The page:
The Cilantro Substitute Ina Garten Uses In Chili

Cilantro is a divisive food. Some people love it, and some people absolutely detest it. There is actually science behind the reason why some people cannot tolerate the herb, which is known as coriander internationally (via Healthline). Some people have a gene variation in a group of ole-factory-receptor genes where cilantro taste like soap to them, according to Britannica. Julia Child was famously anti-cilantro, and Ina Garten dislikes it as well. 

For those that enjoy cilantro, there is truly nothing like its wonderfully bright, almost citrusy herbaceous flavor, and it's perfect in Mexican dishes like street tacos, or tostadas, or sprinkled atop a hot bowl of chili. For those who can't tolerate it, it seems unfair. Cilantro may be traditional in many dishes, but nobody should have their salad, soup, or tacos tasting like soap. Well, there is good news for those that are cilantro-averse. Garten has a trick for a herby swap and she uses it in her chicken chili recipe.

The ingredient swap is basil

In a Food Network video, Garten explains that chopped basil is a great stand in for those that don't like the flavor of cilantro, and she adds it to her chicken chili recipe. It makes sense to ask basil to come in as cilantro's understudy. They both have a bright, herby flavor that tend to complement dishes without overpowering them. While stronger herbs like tarragon or fennel are more flavorful when used sparingly, basil can be added a top food raw without making much of a fuss.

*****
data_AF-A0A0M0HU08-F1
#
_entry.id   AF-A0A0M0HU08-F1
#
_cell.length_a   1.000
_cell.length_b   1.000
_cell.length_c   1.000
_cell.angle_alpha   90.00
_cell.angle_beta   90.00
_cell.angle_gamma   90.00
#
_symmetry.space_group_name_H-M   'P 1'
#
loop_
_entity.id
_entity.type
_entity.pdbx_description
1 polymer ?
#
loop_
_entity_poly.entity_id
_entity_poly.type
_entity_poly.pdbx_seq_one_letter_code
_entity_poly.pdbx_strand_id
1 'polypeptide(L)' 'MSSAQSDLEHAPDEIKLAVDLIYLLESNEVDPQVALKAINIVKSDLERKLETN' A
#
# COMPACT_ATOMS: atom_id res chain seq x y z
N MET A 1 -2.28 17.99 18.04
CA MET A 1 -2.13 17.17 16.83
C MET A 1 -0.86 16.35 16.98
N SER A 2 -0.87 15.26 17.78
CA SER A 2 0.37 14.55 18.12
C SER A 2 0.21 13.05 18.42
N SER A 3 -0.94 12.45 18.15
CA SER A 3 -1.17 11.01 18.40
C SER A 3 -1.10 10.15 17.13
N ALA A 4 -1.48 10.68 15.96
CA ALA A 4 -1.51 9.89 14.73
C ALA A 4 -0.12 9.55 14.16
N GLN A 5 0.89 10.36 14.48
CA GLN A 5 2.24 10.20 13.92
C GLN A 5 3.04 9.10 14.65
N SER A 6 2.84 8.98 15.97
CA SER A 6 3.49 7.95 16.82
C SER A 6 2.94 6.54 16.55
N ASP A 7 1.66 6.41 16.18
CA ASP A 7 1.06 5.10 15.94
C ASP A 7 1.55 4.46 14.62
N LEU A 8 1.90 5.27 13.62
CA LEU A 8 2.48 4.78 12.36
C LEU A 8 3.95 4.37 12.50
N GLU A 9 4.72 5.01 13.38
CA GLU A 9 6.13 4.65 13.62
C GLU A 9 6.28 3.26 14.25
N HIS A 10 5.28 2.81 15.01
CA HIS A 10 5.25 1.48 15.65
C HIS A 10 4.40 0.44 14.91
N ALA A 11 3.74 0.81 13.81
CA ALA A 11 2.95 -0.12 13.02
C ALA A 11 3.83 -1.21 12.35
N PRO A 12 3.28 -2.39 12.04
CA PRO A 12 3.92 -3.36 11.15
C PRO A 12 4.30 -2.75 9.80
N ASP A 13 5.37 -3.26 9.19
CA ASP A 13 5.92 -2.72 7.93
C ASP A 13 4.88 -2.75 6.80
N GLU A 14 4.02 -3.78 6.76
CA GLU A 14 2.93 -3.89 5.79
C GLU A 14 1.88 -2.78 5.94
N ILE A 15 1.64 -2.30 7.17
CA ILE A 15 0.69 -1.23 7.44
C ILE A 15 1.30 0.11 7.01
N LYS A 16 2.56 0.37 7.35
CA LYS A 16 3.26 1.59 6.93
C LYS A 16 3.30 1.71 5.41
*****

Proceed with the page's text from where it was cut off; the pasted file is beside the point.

Real Simple notes that parsley and dill can also be used as a swap for cilantro if you don't care for basil, or don't have any on hand. They also say that if you're the kind of person that hates cilantro and you want to be less reactive to its flavor, you can actually train yourself to tolerate it by continuing to try it. Each taste begins to re-shape the memory of it in your mind, and crushing cilantro is said to reduce its intense flavor. Real Simple explains that adding cilantro to a food you love, like guacamole, helps to create a positive association with it.